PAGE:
Super Mario: How Nintendo Conquered America

Summary Written by Mijay Pavon
"The ballpark figure of Nintendo’s Mario sales is $12 billion. If each one of Mario’s gold coins was worth a million dollars, to collect that much moola he would have to knock his head on a coin block for almost three and a half hours."

- Super Mario, page 2

The Big Idea

Don't Duplicate, Innovate

"This was America, the land where the ice cream cone, the microwave, and the Post-it note were all botched engineering projects salvaged into worldwide sensations. Failure, not necessity, was the mother of invention. Arakawa had an idea, a cavalier and audacious one­–something that would never fly in Japan. Even if the new plan didn’t work, though, it would be a game changer."- Super Mario, page 17

Throughout its history, Nintendo has climbed to the top and stayed there due to creative and innovative thinking; by zigging when their competitors zag. One way they’ve done this is by making the most of seasoned technology. In fact, that’s how Mario was born.

In 1980, Nintendo’s president, Yamauchi, sent his daughter and son-in-law, Minoru Arakawa, to the U.S. with 3,000 cabinets of its best selling game in Japan, Radar Scope, in hopes of breaking into the American market. It wasn’t working – most arcade vendors weren’t willing to buy an expensive Space Invaders knock-off from a company with no track record.

Arakawa came up with the brilliant option of creating a conversion kit for Radar Scope, which would create a new game and prevent thousands of arcade units from going to waste. Staff artist Shigeru Miyamoto was up to the task and created Donkey Kong, featuring the now well-known stubborn gorilla and Jumpman, who you may know more fondly as Mario. DK generated $180 million in its first year of release, and $100 million in its second.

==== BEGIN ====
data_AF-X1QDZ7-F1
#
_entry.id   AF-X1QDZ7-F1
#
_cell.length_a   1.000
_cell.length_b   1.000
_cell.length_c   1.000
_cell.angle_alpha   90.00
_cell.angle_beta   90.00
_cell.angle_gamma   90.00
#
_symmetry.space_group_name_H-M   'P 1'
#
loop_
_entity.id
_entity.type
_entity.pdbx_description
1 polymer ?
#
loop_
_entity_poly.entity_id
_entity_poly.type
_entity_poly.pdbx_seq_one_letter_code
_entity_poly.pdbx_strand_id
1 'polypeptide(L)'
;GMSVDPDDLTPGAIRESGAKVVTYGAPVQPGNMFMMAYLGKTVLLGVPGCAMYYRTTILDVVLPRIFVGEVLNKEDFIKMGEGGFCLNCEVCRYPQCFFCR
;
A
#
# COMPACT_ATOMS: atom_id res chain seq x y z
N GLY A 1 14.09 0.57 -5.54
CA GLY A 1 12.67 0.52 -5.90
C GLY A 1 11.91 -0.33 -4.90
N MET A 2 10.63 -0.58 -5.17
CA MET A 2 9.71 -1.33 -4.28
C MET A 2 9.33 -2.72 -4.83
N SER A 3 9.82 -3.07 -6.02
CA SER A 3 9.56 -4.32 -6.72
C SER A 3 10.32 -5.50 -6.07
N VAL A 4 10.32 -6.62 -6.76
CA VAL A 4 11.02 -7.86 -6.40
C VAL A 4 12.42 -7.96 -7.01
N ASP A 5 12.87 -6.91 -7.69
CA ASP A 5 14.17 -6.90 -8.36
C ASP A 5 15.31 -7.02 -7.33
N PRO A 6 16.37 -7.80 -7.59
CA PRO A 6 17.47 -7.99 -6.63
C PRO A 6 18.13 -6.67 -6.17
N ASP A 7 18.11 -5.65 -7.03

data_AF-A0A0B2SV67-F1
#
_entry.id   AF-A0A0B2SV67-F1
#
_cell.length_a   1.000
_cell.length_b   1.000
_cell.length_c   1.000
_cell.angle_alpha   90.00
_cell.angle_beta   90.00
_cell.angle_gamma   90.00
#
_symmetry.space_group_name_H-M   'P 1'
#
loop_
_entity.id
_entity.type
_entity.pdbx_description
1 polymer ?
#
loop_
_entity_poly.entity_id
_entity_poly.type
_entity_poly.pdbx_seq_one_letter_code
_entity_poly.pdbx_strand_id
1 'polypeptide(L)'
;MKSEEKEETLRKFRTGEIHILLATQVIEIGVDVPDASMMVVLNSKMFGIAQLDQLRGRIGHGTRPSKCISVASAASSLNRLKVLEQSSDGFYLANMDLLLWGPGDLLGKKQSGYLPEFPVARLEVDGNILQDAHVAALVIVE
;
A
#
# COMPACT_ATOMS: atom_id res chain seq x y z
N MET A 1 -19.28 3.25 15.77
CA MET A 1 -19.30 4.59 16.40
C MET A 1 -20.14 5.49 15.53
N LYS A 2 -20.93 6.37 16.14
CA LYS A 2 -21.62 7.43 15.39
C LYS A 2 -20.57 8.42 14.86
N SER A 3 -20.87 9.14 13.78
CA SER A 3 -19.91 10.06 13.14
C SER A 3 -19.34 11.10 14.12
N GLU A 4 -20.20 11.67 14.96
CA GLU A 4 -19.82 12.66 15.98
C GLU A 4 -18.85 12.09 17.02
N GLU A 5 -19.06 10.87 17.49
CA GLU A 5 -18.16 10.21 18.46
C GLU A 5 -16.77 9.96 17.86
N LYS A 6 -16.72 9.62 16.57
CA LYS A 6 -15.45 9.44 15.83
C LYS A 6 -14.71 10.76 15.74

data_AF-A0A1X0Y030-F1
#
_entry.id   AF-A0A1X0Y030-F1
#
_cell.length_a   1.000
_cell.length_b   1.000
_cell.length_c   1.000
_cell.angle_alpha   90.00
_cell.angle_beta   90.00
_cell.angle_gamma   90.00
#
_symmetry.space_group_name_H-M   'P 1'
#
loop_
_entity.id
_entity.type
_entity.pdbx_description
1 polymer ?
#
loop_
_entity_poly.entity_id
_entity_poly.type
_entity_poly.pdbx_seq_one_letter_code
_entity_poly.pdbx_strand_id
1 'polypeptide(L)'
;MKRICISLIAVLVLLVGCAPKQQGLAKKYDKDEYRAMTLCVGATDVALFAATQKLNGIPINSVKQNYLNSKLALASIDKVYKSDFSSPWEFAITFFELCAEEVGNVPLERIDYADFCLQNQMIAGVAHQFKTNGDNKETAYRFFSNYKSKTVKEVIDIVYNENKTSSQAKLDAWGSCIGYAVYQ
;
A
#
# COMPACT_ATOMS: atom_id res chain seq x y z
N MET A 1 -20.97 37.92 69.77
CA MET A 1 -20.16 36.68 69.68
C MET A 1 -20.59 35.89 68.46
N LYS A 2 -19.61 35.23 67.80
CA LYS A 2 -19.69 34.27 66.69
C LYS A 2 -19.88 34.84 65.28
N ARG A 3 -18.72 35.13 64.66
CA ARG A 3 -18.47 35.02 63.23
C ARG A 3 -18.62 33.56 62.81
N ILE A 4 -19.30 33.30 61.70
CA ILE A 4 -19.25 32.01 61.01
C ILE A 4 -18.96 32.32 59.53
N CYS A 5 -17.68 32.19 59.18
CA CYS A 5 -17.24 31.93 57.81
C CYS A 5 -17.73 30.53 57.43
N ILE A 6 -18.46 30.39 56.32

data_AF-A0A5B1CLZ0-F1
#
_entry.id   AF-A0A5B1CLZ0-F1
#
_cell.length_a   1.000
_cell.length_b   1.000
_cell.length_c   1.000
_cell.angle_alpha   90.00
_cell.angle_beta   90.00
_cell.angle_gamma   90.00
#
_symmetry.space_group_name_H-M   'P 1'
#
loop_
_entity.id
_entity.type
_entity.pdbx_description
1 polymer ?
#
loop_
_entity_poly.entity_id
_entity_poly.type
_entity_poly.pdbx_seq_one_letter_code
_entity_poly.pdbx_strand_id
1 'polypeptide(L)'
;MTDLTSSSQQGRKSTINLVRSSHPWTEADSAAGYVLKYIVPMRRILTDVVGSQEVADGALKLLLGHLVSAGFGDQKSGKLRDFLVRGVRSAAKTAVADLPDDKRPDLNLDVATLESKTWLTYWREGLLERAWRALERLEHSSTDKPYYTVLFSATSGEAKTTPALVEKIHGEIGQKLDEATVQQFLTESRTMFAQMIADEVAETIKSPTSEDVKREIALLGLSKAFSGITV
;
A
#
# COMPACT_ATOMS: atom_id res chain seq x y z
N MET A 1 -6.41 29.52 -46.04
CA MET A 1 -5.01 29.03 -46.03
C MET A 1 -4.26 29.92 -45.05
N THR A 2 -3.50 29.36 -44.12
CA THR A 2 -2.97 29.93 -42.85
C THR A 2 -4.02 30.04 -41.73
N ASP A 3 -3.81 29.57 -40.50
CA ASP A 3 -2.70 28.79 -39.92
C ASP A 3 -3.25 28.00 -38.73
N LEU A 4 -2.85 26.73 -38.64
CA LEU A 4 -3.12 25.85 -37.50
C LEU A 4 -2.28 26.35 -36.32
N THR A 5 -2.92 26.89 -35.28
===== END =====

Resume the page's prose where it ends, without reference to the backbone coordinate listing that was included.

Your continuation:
What made DK so successful was its addiction quotient. It featured an irregular reward schedule –what earned you points changed on each level and you could score additional points due to speed. Similar to a slot machine with a slight house advantage, this was a winning formula for generating gamer addiction. Furthermore DKprovided an engaging narrative – Jumpman trying to save Lady from Donkey Kong, which was missing from previous arcade hits that were merely scoring games.

Insight #1

Know Your Market Better Than Your Competitors

"A fraction of the Game Boy shelf space was allotted to whatever high-price, high-quality, high-weight competitor was out there. They never caught on, despite years of marketing and many solid games."- Super Mario, page 106

In its early years, Nintendo made significant amounts of money with its Game & Watch franchise. One of Nintendo’s most skilled inventors, Gunpei Yokoi, attained success in portable electronic games ­– with his idea of making small games that could be powered with watch batteries. By 1989, however, the franchise was winding down – consumers weren’t interested in buying a whole system to play only one game.

Yokoi began brainstorming a handheld gaming system with removable cartridges to allow for multiple gameplay – the Game Boy. He knew that price would be important to consumers, so he didn’t include features like backlight or colour. This was an important decision because these features drained battery time, which was of utmost importance to consumers. Each Game Boy also came with earbud headphones, which served the dual purpose of providing a private gaming experience as well as saving precious battery life.